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Students explore experiential learning styles

Students enrolled in Science Research Project have the opportunity to learn in places outside the classroom, like a Stanford lab.

There are numerous paths to learning; in fact, every individual has his or her own unique learning style and method to accommodate their education. While some take a visual or verbal approach through traditional lectures and visual displays, others may prefer a more hands-on approach, gaining knowledge through experiences and discoveries. At Palo Alto High School, as teachers continue to innovate the classroom through new projects and learning opportunities, students get the best of both worlds. Many teachers offer conventional lectures with the occasional graphics, pictures and charts, but students may also pursue experiential learning through projects across a variety of subjects through opportunities such as the Twenty Percent Project and the Science Research Project course.

Twenty Percent Project
Throughout the past few years, various teachers in Paly’s English department have offered the Twenty Percent Project, a Google project that gained widespread attention as a project that could be implemented into education. The project allows students to dedicate 20 percent of their time in a specific class to pursue side projects they are interested in and ultimately create an end product. Erin Angell, who incorporated the Twenty Percent Project in her World Literature course in previous years, views the Project as an opportunity to blend subject matter with students’ interests and aspirations.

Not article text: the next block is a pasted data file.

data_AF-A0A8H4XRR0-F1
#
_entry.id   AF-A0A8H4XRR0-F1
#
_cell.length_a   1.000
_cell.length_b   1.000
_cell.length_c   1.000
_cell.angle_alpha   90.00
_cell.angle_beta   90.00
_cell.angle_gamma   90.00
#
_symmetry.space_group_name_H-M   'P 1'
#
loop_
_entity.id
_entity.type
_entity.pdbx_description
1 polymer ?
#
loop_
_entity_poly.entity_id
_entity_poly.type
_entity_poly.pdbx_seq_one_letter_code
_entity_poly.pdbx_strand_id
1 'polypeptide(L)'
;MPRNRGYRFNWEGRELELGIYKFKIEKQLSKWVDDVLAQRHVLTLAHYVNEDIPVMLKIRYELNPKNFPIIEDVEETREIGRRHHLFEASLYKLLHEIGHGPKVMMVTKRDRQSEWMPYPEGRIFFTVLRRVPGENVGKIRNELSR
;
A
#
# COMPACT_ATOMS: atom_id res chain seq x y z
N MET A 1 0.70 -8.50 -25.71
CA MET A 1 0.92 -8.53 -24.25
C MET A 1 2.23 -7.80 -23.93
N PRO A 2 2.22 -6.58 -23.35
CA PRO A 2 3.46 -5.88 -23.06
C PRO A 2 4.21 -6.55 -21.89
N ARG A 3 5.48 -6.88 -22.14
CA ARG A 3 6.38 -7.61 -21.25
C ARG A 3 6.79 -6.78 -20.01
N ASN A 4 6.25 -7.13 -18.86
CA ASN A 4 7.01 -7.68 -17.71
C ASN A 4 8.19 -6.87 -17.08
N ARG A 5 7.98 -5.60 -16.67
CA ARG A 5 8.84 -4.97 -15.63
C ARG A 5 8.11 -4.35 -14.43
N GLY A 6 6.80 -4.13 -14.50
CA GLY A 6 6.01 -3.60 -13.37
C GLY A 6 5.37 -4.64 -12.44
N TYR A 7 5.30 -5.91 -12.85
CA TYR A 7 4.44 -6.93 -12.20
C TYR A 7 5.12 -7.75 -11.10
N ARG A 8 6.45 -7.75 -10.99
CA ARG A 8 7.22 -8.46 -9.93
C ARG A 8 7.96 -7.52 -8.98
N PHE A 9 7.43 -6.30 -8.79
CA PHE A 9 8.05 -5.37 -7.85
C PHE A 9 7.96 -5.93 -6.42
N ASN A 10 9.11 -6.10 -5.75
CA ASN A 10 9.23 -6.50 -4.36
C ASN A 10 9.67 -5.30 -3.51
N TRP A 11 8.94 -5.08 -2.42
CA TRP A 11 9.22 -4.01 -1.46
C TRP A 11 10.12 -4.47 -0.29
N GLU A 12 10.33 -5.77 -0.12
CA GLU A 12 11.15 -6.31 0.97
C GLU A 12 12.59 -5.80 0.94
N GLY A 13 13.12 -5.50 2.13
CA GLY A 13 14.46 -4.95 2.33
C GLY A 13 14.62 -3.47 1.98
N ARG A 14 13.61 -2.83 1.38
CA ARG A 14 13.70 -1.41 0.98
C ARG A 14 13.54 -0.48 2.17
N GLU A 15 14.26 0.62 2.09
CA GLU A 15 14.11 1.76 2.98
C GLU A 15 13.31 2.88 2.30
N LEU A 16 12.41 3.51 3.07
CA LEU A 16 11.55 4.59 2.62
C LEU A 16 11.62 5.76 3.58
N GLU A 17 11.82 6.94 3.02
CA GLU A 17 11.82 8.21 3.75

“I would define the Twenty Percent Project as being a passion project where a student is able to select a project through which the goals of the subject matter will be gained,” Angell said. “They’re looking to learn the skills of doing English [for example]. Rather than focusing on a specific book that the teacher has in mind, [they get] to select a project that will result in some kind of product or experience through which the subject matter can be learned.”

One of the key elements of the Twenty Percent Project learning approach is that students are granted the freedom to choose a topic they find interesting, allowing for deeper involvement in the execution of the project.

“I think there is socioemotional and character learning that happens [while doing the Twenty Percent Project],” Angell said. “The way you get the socioemotional part of it is because [the topic] is self selected, so you have a level of engagement and interest that is significantly higher and there is a correlation between that and achievement of subject-specific skills, standards and goals. You use and leverage that part as a teacher in order to get that. You get more of the good stuff but through this thing that is really enjoyable too.”

Unlike other forms of traditional learning, the Twenty Percent Project requires a unique level of self-motivation and direction, skills that Angell believes are important in the learning process.